Clinical and genetic data of 14 patients from 12 congenital myasthenic syndrome (CMS) kinships with mutations in the DOK (‘downstream-of-kinase’) 7 gene are presented by researchers from the Friedrich-Baur-Institute, Munich, Germany, and several other centers. The clinical presentation of CMS with DOK7 mutations was variable. Typically, onset of symptoms was in the 2nd year of life, with an awkward or waddling gait. Four patients were hypotonic at birth, whereas 3 developed symptoms in the 2nd or 3rd decade. The majority (12 of 14) had bilateral ptosis but no paresis of eye movements. Facial and bulbar weakness occurred in 9 (64%), and several had difficulties in chewing and swallowing. Respiratory function was impaired in 10 (71%), and 2 with onset at birth needed assisted ventilation in the first months of life. Most developed scoliosis, and some had general or selective muscle atrophy. All but 1 had moderate to severe proximal muscle weakness, and a waddling ‘sinuous gait’ (inward rotation of the knees). Weakness was exercise-dependent, and fluctuated over long periods. In some, symptoms were progressive, with loss of ambulation and respiratory insufficiency in adolescence, whereas in others, severity of symptoms remained constant. AChR antibody testing was negative, and creatine kinase levels were normal. Muscle biopsies showed only nonspecific mild myopathic changes, and no tubular aggregates. Intravenous Edrophonium test was positive in 5 (35.5%), but none benefited from long-term therapy with esterase inhibitors, and some even worsened. Patients with CMS and mutations in other genes differed from CMS with DOK7 mutations. With CHRNE mutations, eye movements are frequently affected, and with CHAT and RAPSN mutations, episodic apneas occur at birth. In contrast, with DOK7 mutations eye movements are usually spared except for ptosis, and respiratory function shows a progressive deterioration. Limb-girdle myasthenia, unlike DOK7 patients is benefited by esterase inhibitor therapy.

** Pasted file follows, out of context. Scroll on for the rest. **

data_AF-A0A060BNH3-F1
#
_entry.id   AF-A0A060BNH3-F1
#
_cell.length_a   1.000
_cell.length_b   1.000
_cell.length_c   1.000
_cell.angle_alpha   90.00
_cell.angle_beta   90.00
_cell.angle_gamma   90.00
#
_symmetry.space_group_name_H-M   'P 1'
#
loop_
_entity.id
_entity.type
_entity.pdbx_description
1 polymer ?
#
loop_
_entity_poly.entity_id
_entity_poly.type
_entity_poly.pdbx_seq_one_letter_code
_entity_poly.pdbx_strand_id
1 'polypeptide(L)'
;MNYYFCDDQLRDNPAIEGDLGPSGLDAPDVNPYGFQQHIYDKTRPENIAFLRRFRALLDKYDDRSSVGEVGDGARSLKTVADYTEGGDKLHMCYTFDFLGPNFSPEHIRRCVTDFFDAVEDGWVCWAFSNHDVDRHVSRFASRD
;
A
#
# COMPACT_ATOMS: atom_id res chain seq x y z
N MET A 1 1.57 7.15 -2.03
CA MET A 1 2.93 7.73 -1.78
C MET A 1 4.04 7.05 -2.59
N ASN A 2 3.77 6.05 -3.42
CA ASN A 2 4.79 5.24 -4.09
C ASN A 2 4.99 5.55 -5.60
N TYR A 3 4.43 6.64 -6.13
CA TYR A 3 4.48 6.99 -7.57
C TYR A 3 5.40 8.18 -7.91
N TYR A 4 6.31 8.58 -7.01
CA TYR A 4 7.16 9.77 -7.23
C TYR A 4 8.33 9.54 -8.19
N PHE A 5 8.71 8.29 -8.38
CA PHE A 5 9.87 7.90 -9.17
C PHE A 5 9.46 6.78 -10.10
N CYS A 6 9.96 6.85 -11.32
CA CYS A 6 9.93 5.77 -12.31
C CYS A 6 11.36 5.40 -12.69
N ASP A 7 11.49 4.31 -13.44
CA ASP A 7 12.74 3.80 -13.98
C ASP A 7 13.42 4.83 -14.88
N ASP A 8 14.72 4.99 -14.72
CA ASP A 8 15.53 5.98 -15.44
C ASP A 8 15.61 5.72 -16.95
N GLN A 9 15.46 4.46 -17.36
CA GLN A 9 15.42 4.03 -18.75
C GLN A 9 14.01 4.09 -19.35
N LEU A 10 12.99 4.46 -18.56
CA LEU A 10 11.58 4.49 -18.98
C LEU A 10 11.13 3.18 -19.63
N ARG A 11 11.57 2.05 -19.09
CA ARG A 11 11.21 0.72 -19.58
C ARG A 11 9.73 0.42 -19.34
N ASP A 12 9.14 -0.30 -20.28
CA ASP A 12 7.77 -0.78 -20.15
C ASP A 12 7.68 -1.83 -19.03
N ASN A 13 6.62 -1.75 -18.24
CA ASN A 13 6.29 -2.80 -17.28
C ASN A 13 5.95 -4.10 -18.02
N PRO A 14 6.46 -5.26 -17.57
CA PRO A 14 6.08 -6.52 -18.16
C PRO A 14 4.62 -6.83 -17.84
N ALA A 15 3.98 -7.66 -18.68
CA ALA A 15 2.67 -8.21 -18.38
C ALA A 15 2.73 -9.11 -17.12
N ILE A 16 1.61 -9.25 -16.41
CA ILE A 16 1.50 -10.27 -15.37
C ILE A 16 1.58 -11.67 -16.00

COMMENT. The DOK7 mutation congenital myasthenic syndrome has a broad clinical phenotype, with onset varying from birth to adult life. Features distinguishing the DOK7 mutation patients from other known mutation phenotypes include the absence of external ophthalmoplegia, a progressive deterioration of respiratory function, and lack of long-term response to esterase inhibitors.
Since the description of a congenital myasthenic syndrome in 6 infants treated at the Massachusetts General Hospital in 1960, a variety of molecular causes for the syndrome have been identified, including endplate acetylcholine and AChR deficiencies, a slow-channel syndrome, and defects in resynthesis of ACh and kinetics of AChR.
The common feature of CMS is a defect in the neuromuscular junction with exercise-induced weakness of skeletal muscle. In the initial report, cases presented with ptosis, weak cry, and generalized weakness. Diagnosis was delayed until 1 to 4 years after birth, when ptosis and external ophthalmoplegia were the most prominent signs, and generalized weakness and respiratory difficulty were mild in degree. Response to cholinergic drug therapy was poor, and ophthalmoplegia was unrelieved. Except for the resistance to treatment, CMS with DOK7 mutations has an unusual clinical phenotype.